It's coming. Every year, without fail, it shows up and the memories flood.
This year, on March 11th, I will go the store and pick out the prettiest single red rose I can find. I will take that little rose to a cemetery about 15-20 minutes outside of town. I will kiss its full bloom and place it on a headstone. I will sit down in front of that headstone and talk to the man with whom I spent half of my life. Twenty years together is a long time. I have so much to say, but never can seem to find all the words. I will feel the tears well in my eyes and likely, some will fall. I will feel the anger in my heart for the damage done. I will feel the guilt for all I failed to see and do. I will feel the loss of his presence, I will feel the sadness of his family, and all the images I try so hard to push back into the recesses of my mind will be in the forefront.
This is just one aspect of being a Suicide Widow.
My whole world changed that day. August 20, 2009. That day, for a multitude of reasons that some I understand and some I never will, he took his own life after battling panic attacks and depression. He left behind many, many people who loved him dearly. His parents. His siblings. His cousins. His nieces and nephews. His friends. His wife. His in-laws. His children. We are all now "suicide survivors" grappling with what happened and why.
You may find yourself in the same position as me. Or maybe you know someone else who is. When someone you love and care about takes their own life, there are a myriad of emotions you go through and continue to experience. Every now and then, I still find myself shocked at what has happened in my life. I still grapple with guilt for not recognizing the signs. I still have sad days. I still get angry with him. I have screamed, out loud, "I f*#&ing hate you for what you did!" just as recently as last week. And there are days when every little story about him out of my mouth is something funny or positive or sweet. Those are the days I am thankful. I am thankful for all the good years. All the good times. All the laughs and hugs and kisses and sweet little notes left here and there. It's on those days that I realize I am blessed for having had him in my life, for all he taught me and all he gave me. He was more than how he died. He was more than the depression he struggled with. He was more than the panic attacks he suffered from. I often don't want people to remember him for how he died. I want them to remember him for who he was. But I talk about how he died because I wouldn't want anyone to think I'm ashamed to say it. Mental illnesses are common and yet we still act like they are so taboo. We have to stop the stigma associated with mental illnesses and suicide. How else can we effect change where it needs it most?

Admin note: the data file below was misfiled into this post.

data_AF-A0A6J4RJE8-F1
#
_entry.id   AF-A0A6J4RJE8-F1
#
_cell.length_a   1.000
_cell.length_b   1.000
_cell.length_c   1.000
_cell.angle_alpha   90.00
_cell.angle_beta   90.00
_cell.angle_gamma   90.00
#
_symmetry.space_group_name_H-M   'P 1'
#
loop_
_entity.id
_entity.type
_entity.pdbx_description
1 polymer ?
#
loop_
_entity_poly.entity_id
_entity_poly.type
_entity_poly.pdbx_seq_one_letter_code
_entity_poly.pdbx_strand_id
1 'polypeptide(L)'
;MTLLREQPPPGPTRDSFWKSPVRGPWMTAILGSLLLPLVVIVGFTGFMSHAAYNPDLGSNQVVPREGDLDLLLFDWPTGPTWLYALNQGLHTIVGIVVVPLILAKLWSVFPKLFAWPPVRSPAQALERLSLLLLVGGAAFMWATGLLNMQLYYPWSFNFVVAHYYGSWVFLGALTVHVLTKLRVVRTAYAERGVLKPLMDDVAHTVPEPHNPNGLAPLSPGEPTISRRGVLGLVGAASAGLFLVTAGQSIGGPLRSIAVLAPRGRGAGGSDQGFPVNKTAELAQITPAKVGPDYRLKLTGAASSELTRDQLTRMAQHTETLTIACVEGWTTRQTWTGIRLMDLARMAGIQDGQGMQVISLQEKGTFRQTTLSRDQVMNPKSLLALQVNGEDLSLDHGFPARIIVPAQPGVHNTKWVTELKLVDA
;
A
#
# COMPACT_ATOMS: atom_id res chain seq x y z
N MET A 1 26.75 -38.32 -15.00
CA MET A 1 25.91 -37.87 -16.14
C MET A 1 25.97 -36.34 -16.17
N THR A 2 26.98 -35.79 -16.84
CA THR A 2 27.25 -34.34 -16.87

If you, like me, are a survivor of suicide, know that you are not alone. Unfortunately, there are many of us out here. You may benefit from joining a support group. The American Foundation for Suicide Prevention has a link on their website for suicide support groups. You can find that HERE. I have a tight knit circle of friends, family and church family, and I found that their help and support was all I needed. Some do not have that luxury and if you are one of those, don't fret. There ARE people out there who care, who have been there and will help you through your loss. There are also several Facebook pages dedicated to helping people just like you.
HERE to help you locate survivor groups, therapists and mental health services.
You may believe that your life doesn't matter or that people in your life would be happier if you weren't here dragging them down all the time. You may believe that nothing will ever change and your life will always be horrible and full of problems. Maybe, once upon a time, you also believed in the Easter Bunny. Guess what? None of it is true. (even that Easter Bunny part). You DO matter. People DO care (sometimes even people who don't know you). Lives DO change for the better, even if not overnight. Take it one hour, one day at a time, and keep putting one foot in front of the other and fighting the good fight. You know why? Because you're worth it!
Dale was more important than he realized. I tell him that every year on March 11th when I sit and talk to him. I ask him if he knows now how much he truly was loved, how much we all truly cared. I wish upon all wishes that I would hear his answer. About a week after the suicide, my little Peanut Butter (7 yrs. old) said, "I bet I know what Daddy's thinking." I answered her by saying, "Oh yea? What's that?" She said, "I wished I didn't do'd that." Not even beginning to contemplate the depth of her own statement, she had no idea how accurate she truly was. Did you know that regret is one of the most common feelings a person who has attempted suicide will experience? Don't let that regret come too late. Tomorrow is a new day. Give yourself and this life you've been given another chance <3